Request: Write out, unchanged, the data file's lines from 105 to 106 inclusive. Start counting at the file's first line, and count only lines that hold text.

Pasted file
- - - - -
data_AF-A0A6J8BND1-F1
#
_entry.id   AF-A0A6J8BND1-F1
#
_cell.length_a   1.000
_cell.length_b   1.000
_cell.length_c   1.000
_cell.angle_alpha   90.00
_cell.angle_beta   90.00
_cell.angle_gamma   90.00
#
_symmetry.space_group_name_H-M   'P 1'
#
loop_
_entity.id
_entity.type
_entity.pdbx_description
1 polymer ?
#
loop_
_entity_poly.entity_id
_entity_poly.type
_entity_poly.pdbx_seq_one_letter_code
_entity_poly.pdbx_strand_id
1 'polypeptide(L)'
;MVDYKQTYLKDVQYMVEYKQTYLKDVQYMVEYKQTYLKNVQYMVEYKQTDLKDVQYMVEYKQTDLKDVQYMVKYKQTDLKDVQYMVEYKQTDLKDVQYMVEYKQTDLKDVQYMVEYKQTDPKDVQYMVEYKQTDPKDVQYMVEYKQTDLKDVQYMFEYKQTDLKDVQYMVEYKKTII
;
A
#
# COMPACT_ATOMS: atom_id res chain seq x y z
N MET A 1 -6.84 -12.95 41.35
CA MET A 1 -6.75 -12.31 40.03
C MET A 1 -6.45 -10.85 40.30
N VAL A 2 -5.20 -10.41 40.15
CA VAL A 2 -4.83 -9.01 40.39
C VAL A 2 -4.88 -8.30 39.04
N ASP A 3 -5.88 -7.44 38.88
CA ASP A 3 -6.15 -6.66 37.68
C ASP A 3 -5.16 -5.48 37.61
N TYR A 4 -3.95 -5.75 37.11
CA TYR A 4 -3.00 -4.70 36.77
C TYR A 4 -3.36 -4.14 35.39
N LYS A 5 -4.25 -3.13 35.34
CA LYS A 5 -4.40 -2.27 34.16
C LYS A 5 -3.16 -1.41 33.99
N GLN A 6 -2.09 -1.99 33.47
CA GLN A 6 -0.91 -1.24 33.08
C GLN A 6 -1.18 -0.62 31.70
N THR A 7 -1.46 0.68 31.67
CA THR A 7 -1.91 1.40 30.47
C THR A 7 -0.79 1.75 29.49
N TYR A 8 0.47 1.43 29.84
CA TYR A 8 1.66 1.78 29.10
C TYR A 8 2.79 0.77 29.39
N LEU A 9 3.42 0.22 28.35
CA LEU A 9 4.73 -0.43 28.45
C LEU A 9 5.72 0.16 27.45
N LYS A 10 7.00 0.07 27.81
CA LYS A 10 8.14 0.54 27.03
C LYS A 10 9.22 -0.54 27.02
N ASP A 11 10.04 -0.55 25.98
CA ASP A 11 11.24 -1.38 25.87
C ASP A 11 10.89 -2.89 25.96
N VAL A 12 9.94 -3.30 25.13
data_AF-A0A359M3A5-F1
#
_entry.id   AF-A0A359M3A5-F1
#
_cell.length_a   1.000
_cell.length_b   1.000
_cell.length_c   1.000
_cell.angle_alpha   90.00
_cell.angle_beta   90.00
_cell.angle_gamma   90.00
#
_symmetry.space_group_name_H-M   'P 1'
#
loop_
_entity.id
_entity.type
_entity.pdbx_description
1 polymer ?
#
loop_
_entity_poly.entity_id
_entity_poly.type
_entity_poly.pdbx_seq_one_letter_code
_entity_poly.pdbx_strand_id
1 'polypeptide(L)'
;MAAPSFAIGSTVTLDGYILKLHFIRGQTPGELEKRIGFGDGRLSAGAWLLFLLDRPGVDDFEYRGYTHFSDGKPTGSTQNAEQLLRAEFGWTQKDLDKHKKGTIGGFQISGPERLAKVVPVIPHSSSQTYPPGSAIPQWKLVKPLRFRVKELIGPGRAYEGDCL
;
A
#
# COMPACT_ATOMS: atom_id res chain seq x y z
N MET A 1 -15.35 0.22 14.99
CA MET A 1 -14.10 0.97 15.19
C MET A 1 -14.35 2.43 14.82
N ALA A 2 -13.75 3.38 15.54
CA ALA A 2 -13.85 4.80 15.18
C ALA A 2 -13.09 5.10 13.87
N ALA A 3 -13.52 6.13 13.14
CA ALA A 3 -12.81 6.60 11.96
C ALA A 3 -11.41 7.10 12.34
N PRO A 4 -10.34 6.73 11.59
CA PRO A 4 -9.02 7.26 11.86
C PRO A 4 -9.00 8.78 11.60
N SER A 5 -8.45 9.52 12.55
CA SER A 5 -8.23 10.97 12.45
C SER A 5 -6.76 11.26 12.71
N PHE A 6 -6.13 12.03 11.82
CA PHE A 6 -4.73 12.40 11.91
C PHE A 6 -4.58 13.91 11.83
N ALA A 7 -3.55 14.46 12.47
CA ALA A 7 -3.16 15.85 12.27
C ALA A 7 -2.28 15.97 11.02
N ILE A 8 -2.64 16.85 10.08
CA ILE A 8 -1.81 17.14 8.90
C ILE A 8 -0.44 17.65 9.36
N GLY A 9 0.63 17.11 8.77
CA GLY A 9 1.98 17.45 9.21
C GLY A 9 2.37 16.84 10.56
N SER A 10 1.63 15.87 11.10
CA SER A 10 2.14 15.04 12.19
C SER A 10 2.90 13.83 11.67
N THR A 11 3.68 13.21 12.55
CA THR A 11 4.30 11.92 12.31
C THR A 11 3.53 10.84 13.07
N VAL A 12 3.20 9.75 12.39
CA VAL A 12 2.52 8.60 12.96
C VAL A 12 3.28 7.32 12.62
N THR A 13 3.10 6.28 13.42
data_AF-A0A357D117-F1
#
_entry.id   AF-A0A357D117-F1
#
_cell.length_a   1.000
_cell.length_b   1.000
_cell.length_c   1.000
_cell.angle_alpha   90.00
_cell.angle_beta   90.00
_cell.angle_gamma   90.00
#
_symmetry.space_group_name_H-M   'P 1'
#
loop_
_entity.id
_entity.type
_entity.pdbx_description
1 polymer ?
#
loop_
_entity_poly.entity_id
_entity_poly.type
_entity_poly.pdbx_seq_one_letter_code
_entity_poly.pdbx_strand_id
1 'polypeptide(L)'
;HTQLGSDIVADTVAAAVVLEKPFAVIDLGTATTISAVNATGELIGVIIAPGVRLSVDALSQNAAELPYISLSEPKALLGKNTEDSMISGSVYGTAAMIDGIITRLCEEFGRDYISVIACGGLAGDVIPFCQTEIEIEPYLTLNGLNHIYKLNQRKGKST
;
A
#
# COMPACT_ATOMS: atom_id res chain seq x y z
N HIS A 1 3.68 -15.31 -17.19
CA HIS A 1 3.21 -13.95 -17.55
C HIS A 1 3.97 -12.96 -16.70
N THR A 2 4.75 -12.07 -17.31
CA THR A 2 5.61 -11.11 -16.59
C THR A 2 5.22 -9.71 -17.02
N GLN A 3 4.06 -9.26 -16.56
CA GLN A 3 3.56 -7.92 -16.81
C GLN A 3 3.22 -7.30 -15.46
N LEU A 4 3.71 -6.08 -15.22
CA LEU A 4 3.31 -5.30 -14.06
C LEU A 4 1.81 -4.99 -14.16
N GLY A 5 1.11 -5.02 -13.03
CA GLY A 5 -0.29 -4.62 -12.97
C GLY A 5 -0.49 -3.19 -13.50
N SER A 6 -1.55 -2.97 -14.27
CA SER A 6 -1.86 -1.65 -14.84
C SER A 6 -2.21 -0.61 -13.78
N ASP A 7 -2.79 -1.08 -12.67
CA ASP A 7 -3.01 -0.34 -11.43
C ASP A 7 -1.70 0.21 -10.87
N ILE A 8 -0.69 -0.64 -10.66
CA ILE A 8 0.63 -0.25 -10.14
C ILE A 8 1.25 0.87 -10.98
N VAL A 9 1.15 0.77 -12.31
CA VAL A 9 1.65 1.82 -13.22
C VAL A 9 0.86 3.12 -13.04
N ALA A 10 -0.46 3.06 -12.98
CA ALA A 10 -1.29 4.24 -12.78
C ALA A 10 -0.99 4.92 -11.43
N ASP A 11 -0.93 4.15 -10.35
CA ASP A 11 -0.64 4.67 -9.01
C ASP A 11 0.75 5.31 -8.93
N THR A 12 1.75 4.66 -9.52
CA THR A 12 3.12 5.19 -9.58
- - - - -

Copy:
CA PRO A 4 -9.02 7.26 11.86
C PRO A 4 -9.00 8.78 11.60